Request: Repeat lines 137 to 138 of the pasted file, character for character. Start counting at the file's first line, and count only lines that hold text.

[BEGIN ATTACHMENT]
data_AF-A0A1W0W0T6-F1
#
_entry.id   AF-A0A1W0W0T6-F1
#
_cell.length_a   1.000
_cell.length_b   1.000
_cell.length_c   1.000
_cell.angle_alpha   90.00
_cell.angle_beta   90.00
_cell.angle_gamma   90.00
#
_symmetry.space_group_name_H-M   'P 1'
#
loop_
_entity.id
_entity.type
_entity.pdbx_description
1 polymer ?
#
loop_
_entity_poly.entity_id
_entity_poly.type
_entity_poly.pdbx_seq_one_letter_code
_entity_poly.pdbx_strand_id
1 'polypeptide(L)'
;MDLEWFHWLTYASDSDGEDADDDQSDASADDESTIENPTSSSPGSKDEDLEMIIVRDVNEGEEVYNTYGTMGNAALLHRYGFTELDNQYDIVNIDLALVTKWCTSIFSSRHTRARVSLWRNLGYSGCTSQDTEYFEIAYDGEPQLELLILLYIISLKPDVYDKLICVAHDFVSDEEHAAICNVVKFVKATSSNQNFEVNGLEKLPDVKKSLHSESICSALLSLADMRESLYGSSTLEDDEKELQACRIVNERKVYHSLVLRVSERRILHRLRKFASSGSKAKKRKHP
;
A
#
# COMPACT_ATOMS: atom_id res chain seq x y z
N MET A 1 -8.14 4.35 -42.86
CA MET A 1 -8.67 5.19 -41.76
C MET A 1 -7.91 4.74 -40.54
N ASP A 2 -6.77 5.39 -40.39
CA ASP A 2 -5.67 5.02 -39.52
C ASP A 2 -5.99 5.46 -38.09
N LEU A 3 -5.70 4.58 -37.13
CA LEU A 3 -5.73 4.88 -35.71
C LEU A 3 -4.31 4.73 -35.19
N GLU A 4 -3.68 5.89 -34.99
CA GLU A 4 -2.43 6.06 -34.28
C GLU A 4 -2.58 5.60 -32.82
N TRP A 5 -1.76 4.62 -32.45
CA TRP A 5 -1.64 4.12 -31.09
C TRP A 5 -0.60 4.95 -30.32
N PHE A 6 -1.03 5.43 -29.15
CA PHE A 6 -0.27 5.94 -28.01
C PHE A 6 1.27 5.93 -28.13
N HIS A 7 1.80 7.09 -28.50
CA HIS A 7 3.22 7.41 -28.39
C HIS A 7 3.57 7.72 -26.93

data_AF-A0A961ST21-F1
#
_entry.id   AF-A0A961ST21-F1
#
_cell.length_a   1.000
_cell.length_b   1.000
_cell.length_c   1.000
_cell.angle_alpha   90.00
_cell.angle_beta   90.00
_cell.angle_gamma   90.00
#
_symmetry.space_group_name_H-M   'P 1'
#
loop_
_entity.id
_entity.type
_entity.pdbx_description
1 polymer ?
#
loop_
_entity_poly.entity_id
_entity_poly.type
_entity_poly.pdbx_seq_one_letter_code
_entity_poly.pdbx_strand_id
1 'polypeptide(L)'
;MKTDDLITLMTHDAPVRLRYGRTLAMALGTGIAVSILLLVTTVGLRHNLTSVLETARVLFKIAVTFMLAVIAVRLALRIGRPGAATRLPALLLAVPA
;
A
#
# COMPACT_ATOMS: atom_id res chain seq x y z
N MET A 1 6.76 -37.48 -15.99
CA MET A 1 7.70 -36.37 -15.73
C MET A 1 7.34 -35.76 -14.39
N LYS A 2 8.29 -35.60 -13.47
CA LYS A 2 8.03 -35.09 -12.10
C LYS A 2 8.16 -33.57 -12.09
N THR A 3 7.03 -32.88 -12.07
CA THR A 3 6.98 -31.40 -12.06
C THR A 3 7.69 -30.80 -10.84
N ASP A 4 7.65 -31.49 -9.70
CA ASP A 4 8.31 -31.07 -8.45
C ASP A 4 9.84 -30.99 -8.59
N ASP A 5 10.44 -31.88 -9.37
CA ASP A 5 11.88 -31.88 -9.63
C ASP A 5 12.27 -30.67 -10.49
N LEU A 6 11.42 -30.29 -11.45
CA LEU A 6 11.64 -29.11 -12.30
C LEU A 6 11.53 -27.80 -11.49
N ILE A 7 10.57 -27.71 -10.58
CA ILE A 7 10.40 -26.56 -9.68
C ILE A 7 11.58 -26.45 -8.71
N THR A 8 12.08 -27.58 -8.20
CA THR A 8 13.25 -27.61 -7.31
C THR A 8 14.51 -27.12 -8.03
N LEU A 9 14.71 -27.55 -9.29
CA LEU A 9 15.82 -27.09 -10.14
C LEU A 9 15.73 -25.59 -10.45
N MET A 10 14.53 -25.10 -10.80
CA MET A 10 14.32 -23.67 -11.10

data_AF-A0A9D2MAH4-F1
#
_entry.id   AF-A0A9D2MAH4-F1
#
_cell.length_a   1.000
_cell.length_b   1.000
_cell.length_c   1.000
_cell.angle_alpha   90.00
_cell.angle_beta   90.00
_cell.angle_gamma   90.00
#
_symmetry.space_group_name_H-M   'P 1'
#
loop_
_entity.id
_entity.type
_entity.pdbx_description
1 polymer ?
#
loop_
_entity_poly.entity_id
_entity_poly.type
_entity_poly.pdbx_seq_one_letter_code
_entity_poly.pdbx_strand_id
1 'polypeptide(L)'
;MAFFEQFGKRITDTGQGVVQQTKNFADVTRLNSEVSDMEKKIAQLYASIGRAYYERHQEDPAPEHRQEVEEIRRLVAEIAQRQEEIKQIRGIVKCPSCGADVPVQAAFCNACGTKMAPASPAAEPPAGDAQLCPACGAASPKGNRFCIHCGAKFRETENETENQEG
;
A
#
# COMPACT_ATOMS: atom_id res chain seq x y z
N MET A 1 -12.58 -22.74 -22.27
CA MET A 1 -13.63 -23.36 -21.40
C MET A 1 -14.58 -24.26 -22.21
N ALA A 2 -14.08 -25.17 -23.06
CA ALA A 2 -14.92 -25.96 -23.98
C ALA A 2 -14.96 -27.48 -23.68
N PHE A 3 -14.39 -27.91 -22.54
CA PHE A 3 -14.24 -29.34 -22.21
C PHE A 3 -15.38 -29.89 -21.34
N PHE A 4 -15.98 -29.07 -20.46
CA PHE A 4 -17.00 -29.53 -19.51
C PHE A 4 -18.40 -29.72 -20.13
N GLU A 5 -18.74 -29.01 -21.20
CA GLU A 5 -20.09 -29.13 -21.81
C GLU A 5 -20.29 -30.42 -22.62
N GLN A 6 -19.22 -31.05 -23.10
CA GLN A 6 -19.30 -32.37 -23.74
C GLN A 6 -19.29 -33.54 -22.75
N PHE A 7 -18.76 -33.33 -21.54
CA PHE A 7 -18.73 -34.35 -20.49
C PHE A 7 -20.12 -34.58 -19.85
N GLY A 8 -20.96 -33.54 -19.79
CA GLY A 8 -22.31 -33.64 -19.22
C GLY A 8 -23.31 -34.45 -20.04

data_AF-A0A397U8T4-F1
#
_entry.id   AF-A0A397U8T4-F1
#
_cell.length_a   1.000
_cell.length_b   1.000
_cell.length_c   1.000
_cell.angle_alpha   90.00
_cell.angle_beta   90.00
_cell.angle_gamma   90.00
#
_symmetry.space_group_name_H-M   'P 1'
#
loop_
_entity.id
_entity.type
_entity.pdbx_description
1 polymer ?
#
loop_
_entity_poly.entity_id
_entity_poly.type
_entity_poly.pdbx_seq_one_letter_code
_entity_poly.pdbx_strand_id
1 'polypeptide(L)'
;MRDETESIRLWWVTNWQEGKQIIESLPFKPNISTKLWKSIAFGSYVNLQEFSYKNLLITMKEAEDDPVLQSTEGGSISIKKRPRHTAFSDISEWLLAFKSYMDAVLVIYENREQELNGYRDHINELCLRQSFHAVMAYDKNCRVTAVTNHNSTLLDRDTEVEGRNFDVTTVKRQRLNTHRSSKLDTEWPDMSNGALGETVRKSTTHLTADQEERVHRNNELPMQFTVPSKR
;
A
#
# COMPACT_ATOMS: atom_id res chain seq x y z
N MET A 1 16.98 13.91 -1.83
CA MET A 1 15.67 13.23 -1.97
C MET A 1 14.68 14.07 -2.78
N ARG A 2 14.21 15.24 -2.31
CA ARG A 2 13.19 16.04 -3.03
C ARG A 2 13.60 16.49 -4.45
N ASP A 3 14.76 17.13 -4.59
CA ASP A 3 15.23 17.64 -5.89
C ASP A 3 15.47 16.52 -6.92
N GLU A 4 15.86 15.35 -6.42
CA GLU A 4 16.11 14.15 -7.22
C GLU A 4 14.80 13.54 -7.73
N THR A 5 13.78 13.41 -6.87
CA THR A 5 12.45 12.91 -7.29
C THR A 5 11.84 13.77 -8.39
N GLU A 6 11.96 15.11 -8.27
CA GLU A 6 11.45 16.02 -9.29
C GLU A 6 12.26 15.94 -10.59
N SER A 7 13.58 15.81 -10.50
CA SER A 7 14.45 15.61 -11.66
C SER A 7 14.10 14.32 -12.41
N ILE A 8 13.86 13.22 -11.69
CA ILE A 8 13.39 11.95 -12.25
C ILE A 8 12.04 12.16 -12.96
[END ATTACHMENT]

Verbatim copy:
;
A